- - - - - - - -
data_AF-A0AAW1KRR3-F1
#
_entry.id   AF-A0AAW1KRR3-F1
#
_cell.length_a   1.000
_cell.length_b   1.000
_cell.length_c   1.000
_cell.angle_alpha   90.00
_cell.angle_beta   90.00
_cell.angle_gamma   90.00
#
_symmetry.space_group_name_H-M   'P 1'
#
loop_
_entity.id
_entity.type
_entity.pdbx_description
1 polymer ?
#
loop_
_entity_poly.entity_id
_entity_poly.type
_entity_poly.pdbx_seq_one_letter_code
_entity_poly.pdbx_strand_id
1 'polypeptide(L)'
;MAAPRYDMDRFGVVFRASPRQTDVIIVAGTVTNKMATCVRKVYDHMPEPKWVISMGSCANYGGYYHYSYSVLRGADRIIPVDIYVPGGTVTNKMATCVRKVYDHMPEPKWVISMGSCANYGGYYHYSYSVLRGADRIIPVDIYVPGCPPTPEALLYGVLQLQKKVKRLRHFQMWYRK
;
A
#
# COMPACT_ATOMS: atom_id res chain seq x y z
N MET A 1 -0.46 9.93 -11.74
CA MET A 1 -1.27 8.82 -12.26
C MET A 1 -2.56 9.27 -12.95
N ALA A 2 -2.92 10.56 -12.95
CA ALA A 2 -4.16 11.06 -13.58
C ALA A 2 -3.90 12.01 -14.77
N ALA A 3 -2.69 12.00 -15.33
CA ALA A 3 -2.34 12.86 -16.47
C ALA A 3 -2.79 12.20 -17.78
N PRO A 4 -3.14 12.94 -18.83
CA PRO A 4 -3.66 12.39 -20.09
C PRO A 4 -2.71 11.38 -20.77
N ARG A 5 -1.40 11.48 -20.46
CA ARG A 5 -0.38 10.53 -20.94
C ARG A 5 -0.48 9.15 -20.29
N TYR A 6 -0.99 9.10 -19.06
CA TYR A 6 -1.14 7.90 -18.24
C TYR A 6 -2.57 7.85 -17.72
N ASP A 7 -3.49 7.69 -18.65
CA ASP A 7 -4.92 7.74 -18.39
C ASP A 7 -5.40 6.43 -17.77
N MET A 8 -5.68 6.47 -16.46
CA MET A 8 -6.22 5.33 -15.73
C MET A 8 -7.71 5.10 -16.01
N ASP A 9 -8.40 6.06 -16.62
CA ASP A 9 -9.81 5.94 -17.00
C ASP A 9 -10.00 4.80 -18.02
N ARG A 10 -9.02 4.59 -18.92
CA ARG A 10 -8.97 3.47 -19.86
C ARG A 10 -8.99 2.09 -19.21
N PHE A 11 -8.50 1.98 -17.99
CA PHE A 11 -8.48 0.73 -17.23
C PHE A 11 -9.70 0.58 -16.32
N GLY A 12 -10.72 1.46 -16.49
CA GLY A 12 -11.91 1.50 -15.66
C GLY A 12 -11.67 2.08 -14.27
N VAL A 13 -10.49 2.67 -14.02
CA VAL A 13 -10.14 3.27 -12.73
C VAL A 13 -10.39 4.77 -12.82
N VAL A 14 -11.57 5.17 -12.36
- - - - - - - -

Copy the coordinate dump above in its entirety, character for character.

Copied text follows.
data_AF-A0AAW1KRR3-F1
#
_entry.id   AF-A0AAW1KRR3-F1
#
_cell.length_a   1.000
_cell.length_b   1.000
_cell.length_c   1.000
_cell.angle_alpha   90.00
_cell.angle_beta   90.00
_cell.angle_gamma   90.00
#
_symmetry.space_group_name_H-M   'P 1'
#
loop_
_entity.id
_entity.type
_entity.pdbx_description
1 polymer ?
#
loop_
_entity_poly.entity_id
_entity_poly.type
_entity_poly.pdbx_seq_one_letter_code
_entity_poly.pdbx_strand_id
1 'polypeptide(L)'
;MAAPRYDMDRFGVVFRASPRQTDVIIVAGTVTNKMATCVRKVYDHMPEPKWVISMGSCANYGGYYHYSYSVLRGADRIIPVDIYVPGGTVTNKMATCVRKVYDHMPEPKWVISMGSCANYGGYYHYSYSVLRGADRIIPVDIYVPGCPPTPEALLYGVLQLQKKVKRLRHFQMWYRK
;
A
#
# COMPACT_ATOMS: atom_id res chain seq x y z
N MET A 1 -0.46 9.93 -11.74
CA MET A 1 -1.27 8.82 -12.26
C MET A 1 -2.56 9.27 -12.95
N ALA A 2 -2.92 10.56 -12.95
CA ALA A 2 -4.16 11.06 -13.58
C ALA A 2 -3.90 12.01 -14.77
N ALA A 3 -2.69 12.00 -15.33
CA ALA A 3 -2.34 12.86 -16.47
C ALA A 3 -2.79 12.20 -17.78
N PRO A 4 -3.14 12.94 -18.83
CA PRO A 4 -3.66 12.39 -20.09
C PRO A 4 -2.71 11.38 -20.77
N ARG A 5 -1.40 11.48 -20.46
CA ARG A 5 -0.38 10.53 -20.94
C ARG A 5 -0.48 9.15 -20.29
N TYR A 6 -0.99 9.10 -19.06
CA TYR A 6 -1.14 7.90 -18.24
C TYR A 6 -2.57 7.85 -17.72
N ASP A 7 -3.49 7.69 -18.65
CA ASP A 7 -4.92 7.74 -18.39
C ASP A 7 -5.40 6.43 -17.77
N MET A 8 -5.68 6.47 -16.46
CA MET A 8 -6.22 5.33 -15.73
C MET A 8 -7.71 5.10 -16.01
N ASP A 9 -8.40 6.06 -16.62
CA ASP A 9 -9.81 5.94 -17.00
C ASP A 9 -10.00 4.80 -18.02
N ARG A 10 -9.02 4.59 -18.92
CA ARG A 10 -8.97 3.47 -19.86
C ARG A 10 -8.99 2.09 -19.21
N PHE A 11 -8.50 1.98 -17.99
CA PHE A 11 -8.48 0.73 -17.23
C PHE A 11 -9.70 0.58 -16.32
N GLY A 12 -10.72 1.46 -16.49
CA GLY A 12 -11.91 1.50 -15.66
C GLY A 12 -11.67 2.08 -14.27
N VAL A 13 -10.49 2.67 -14.02
CA VAL A 13 -10.14 3.27 -12.73
C VAL A 13 -10.39 4.77 -12.82
N VAL A 14 -11.57 5.17 -12.36